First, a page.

Classic Motor Cars restored the 1979 Aston Martin Bulldog concept and earned the prestigious Coppa d'Ora award at the Concorso d'Eleganza Villa d'Este for the work. The next plan for the unique machine is to attempt to reach 200 miles per hour on June 6 at a former NATO base in Scotland. 

Aston Martin wanted the Bulldog to be the fastest car in the world at the time and thought it would have been able to reach over 200 mph. Classic Motor Cars took 7,000 hours to restore the unique vehicle. In addition, there were hundreds of hours of testing and making adjustments.

Gallery: Aston Martin Bulldog 200-MPH Attempt

“We have been dealing with 40-plus-year-old engineering and making sure that the integrity of the car is maintained while enabling it to do the 200 mph. In any restoration, an attempt like this is a balancing act between maintaining the cars originality but, also ensuring it is capable of carrying out what it was originally supposed to do," said Classic Motor Cars Managing Director Tim Griffin. 

In the previous testing, the restored Bulldog managed to hit 162 mph. Development has continued since then to achieve an even higher speed.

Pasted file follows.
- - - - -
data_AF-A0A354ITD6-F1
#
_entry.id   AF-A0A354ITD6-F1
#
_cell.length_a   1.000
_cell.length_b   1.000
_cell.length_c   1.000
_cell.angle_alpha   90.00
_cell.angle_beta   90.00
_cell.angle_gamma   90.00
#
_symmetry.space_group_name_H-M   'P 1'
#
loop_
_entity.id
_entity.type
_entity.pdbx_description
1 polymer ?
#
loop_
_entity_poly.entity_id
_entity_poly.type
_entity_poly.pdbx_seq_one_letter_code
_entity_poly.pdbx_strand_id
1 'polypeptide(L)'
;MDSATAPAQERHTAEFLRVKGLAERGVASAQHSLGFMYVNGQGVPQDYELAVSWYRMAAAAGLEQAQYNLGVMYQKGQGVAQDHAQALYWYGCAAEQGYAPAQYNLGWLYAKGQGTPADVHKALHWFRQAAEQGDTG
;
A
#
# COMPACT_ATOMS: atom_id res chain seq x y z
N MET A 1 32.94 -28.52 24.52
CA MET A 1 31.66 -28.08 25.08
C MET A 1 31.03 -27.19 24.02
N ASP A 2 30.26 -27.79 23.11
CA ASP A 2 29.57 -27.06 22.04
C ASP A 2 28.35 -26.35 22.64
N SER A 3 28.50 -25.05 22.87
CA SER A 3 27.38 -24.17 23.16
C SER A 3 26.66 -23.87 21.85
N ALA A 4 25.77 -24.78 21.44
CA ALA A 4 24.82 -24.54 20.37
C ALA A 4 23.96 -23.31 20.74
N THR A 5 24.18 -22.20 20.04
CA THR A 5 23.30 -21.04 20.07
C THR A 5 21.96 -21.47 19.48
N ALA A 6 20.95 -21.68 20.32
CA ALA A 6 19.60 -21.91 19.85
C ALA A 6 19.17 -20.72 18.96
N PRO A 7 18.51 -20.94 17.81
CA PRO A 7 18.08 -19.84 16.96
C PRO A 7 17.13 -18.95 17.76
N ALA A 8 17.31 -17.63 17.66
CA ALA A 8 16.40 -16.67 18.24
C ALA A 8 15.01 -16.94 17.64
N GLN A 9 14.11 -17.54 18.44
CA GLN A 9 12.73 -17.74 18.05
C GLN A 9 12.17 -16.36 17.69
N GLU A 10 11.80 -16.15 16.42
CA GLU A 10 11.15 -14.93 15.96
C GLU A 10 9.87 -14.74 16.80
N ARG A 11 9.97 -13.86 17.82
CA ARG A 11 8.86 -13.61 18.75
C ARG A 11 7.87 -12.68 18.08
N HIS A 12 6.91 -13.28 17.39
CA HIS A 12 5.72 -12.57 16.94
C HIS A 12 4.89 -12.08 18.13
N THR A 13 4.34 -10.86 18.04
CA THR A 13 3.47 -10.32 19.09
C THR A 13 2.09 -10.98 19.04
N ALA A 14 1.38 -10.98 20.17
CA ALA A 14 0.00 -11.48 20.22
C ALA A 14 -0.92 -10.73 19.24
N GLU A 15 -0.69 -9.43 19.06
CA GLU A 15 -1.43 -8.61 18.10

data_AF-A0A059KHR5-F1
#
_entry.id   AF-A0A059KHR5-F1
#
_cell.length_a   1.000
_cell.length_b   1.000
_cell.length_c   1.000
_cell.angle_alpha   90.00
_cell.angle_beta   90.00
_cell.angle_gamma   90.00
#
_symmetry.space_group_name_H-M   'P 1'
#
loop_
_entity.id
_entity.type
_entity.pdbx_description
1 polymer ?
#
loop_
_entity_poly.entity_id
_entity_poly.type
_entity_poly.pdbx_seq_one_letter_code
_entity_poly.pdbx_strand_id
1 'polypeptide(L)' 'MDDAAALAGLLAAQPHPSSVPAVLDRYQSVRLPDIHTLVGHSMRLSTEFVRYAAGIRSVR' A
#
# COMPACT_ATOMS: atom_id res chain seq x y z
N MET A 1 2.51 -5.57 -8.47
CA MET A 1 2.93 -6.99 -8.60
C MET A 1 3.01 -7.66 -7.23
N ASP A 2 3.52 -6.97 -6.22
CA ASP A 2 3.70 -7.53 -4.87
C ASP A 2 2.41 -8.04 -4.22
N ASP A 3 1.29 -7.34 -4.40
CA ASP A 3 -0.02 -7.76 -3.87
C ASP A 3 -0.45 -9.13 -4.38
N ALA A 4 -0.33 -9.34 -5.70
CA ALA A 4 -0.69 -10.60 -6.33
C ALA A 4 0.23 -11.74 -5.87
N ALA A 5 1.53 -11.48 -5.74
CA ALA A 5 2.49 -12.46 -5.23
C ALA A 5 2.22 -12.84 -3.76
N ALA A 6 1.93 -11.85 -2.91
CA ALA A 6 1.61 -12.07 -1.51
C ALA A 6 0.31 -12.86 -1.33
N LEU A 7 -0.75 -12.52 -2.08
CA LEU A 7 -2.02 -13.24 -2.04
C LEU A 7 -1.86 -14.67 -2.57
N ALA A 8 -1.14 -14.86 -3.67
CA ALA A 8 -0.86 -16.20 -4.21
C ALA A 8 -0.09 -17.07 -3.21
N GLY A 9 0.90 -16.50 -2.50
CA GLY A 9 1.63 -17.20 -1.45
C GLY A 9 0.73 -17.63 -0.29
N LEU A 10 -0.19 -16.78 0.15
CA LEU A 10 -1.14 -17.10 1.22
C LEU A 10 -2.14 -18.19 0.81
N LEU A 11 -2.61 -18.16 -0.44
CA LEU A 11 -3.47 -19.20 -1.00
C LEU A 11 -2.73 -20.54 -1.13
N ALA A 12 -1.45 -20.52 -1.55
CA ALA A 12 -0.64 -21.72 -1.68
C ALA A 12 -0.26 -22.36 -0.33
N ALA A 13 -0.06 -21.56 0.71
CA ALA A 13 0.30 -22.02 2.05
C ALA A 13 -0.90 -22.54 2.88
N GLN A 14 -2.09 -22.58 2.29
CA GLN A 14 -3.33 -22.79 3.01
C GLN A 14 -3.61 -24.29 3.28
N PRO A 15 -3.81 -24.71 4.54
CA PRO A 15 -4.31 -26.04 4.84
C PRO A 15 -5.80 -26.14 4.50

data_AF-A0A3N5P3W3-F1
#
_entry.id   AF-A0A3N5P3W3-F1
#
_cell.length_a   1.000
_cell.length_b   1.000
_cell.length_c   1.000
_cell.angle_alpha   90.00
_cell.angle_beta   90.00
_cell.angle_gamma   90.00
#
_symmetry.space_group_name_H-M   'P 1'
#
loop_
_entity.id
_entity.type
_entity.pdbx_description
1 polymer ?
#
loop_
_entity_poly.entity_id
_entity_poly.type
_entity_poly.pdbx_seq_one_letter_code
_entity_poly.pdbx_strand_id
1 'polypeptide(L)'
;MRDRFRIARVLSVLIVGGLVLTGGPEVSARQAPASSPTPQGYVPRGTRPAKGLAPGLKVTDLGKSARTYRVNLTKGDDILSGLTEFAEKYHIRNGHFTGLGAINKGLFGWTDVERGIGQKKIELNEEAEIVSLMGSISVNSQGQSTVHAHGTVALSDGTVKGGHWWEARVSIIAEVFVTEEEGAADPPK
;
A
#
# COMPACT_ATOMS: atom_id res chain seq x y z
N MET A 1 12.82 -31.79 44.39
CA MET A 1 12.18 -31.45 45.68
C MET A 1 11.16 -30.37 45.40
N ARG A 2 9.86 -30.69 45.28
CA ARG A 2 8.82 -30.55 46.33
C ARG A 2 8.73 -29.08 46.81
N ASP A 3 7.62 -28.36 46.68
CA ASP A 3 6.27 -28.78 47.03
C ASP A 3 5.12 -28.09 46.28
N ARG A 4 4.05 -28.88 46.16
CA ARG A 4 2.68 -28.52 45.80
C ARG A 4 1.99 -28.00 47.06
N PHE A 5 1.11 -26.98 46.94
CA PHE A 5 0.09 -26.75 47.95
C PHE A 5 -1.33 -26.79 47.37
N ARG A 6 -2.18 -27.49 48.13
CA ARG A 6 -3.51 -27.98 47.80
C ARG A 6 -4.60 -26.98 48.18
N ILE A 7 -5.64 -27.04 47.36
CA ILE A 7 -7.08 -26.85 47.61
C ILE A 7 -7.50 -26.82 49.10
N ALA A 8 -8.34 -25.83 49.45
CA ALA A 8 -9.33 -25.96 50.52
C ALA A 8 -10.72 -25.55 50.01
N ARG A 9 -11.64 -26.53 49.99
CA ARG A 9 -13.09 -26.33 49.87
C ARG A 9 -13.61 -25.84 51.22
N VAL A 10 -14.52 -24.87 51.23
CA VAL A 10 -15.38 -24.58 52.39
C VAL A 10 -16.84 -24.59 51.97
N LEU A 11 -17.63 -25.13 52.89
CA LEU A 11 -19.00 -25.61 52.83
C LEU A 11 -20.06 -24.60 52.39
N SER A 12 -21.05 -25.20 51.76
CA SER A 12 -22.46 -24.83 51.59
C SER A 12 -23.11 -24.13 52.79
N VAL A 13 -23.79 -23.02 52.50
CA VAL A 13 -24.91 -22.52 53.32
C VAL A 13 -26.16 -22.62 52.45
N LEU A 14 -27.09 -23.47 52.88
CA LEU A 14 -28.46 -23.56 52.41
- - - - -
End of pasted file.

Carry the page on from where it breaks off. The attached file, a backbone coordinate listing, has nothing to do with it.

The Bulldog packed twin-turbo 5.3-liter V8 making 600 horsepower and 500 pound-feet – impressive figures even by modern standards. Aston Martin intended to build 10 to 15 production examples, but that never actually happened.

The Bulldog features the wedge-shaped styling from so many 1970s and '80s sports cars. Massive gullwing doors provide access to the cabin. Inside, there were digital instruments. In testing during the era, the vehicle reached 192 mph.

During the restoration, Classic Motor Cars installed a modern fuel injection system. It also made the gearbox stronger and added a nose-lift system. The company's goal is to push the engine output to around 650 hp.

For more discussion about the recently unveiled Aston Martin DB12, check out this episode of the Rambling About Cars podcast:

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